In a piece on the
new Danish cinema, Nigel Andrews in Financial Times asks whether Denmarks
film boom is the forerunner of a new world culture:
"Danish cinema is
becoming the west's most compelling cultural voice. Works like 'Festen',
'Breaking The Waves' and 'Dancer in the Dark' (...) have won enough prizes
to sink a ship. More significantly they shatter old styles and themes to
create new ones: the immediacy of handheld video; the crumbling of social
protocols and taboo topics (both 'Festen' and 'The Idiots' are about human
gatherings that go gruesomely wrong, both also venture a new sexual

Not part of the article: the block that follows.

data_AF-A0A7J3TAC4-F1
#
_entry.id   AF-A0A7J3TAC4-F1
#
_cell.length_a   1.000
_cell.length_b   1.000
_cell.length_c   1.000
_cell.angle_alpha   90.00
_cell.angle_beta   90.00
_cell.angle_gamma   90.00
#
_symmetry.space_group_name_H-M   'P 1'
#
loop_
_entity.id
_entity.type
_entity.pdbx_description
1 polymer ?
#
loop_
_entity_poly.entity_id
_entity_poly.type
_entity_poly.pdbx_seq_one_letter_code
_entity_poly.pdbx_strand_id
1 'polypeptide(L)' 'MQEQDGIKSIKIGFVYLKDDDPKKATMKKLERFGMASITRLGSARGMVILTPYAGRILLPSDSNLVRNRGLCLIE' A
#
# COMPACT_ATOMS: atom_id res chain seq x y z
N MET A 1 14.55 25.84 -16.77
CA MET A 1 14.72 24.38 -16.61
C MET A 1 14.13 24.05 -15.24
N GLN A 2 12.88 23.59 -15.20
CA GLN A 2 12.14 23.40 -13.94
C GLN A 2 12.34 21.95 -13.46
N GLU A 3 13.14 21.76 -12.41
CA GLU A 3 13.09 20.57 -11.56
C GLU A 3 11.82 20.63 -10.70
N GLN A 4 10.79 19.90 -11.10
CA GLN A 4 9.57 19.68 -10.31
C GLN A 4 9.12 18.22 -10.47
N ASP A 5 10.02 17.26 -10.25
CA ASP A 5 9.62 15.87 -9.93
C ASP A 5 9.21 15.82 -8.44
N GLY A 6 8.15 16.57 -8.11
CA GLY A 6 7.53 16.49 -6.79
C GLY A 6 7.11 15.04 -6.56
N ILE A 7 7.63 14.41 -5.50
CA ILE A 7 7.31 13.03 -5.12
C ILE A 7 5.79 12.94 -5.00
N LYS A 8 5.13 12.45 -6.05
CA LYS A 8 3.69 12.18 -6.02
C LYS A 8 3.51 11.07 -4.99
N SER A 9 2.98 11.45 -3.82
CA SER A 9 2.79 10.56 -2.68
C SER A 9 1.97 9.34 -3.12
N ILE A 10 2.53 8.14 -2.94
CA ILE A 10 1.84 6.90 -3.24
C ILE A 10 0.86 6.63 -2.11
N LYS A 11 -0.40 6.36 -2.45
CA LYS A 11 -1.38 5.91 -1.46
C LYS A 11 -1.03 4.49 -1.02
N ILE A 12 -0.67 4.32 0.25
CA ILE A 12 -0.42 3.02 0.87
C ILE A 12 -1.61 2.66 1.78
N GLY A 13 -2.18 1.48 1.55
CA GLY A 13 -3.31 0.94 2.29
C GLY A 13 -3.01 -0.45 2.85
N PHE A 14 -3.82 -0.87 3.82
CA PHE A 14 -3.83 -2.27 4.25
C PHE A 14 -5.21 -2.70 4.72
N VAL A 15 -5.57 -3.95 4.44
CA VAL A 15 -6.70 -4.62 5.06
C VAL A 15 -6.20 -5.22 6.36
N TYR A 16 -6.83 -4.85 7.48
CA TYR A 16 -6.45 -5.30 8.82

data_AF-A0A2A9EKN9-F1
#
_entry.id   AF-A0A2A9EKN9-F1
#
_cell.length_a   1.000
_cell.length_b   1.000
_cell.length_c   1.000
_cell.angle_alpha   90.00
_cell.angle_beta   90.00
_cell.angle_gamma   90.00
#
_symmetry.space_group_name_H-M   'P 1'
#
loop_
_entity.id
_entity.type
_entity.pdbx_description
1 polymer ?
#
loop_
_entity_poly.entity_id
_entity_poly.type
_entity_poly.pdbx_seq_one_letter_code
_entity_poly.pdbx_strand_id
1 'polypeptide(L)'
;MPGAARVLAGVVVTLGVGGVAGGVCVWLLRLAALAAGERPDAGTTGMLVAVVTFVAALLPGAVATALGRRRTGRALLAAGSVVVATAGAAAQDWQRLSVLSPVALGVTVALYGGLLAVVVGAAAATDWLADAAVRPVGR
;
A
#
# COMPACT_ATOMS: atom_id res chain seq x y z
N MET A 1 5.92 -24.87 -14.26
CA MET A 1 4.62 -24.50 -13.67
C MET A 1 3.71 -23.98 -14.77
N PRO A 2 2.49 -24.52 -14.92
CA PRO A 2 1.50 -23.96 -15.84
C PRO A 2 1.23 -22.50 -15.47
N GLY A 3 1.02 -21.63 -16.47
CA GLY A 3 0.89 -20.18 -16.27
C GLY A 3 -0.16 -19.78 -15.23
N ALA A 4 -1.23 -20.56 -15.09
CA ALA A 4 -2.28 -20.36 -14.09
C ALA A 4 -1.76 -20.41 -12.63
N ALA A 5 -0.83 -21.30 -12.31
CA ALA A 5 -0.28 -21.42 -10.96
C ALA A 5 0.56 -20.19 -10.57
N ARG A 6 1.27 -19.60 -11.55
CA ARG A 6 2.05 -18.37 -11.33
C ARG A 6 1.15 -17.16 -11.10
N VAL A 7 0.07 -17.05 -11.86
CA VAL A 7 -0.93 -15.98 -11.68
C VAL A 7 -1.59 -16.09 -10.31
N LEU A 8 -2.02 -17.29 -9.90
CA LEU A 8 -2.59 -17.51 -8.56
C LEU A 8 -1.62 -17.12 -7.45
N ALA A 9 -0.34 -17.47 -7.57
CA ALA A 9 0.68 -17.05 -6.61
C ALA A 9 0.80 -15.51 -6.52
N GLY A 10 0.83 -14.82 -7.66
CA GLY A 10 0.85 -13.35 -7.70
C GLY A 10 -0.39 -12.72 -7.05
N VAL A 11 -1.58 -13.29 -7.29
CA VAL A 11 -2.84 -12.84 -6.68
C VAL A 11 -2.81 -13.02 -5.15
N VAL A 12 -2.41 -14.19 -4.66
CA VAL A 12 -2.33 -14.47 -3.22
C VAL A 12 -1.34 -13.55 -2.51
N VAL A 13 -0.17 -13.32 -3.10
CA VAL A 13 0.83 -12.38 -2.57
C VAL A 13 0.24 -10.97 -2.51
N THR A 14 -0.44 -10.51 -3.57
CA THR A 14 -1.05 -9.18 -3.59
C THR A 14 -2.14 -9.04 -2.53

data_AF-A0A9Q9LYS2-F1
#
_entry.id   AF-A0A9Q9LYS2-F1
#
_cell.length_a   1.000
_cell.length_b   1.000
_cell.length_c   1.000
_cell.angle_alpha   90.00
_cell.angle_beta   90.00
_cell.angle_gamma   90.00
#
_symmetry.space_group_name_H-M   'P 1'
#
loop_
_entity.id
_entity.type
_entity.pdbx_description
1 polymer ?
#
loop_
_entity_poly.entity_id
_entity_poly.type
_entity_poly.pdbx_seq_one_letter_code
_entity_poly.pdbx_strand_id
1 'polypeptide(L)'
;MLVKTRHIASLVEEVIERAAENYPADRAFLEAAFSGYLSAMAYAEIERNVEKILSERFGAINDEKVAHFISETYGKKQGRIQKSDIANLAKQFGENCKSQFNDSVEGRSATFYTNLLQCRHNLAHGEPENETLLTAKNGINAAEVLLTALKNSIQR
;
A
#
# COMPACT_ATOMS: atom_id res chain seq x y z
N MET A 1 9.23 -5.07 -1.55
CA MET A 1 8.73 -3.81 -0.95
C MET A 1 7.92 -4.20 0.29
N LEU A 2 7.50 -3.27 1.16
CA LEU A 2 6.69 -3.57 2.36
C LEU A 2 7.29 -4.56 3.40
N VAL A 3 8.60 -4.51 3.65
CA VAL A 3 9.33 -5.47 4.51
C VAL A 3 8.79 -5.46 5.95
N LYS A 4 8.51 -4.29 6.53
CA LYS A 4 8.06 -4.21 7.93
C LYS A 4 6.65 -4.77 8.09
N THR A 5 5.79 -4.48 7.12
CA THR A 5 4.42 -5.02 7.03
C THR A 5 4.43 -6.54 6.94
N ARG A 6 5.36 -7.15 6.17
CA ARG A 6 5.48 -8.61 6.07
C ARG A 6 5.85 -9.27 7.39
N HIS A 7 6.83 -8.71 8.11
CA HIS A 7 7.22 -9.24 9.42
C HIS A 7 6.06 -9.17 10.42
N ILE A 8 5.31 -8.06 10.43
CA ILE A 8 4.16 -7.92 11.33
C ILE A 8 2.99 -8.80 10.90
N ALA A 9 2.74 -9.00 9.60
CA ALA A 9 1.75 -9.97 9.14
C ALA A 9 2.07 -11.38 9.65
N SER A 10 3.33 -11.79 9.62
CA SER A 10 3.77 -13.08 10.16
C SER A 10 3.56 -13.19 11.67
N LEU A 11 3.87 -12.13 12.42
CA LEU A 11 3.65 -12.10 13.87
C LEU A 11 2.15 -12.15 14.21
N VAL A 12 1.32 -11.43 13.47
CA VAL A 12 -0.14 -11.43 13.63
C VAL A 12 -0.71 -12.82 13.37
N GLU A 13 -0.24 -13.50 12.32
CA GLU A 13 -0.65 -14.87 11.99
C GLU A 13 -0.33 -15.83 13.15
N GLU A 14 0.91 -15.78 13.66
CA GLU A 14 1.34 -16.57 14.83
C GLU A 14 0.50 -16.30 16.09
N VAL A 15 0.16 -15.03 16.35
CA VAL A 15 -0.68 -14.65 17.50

explicitness); the openness to new lands and languages. 'Waves' and
'Dancer' were both scripted in English, one set in a fanciful Scotland,
the other in an even more fanciful 1960's America."
And the piece
continues: "Is that the secret, the centrality of the artist? Are we
entering an age when the only two root-systems that will matter in culture
or cinema, in Europe at least, are the world, at largest, and the artist,
at smallest and finest? And language itself - will its hindrances, of
whatever kind, simply start to be overridden?"
"Maybe the old dream of cinema as a united and uniting popular language -
a dream that was ended, we thought, by the coming of sound and speech - is
back again. By forgetting nationalism we can forget division."
The whole piece is
available on FT.com: http://news.ft.com/...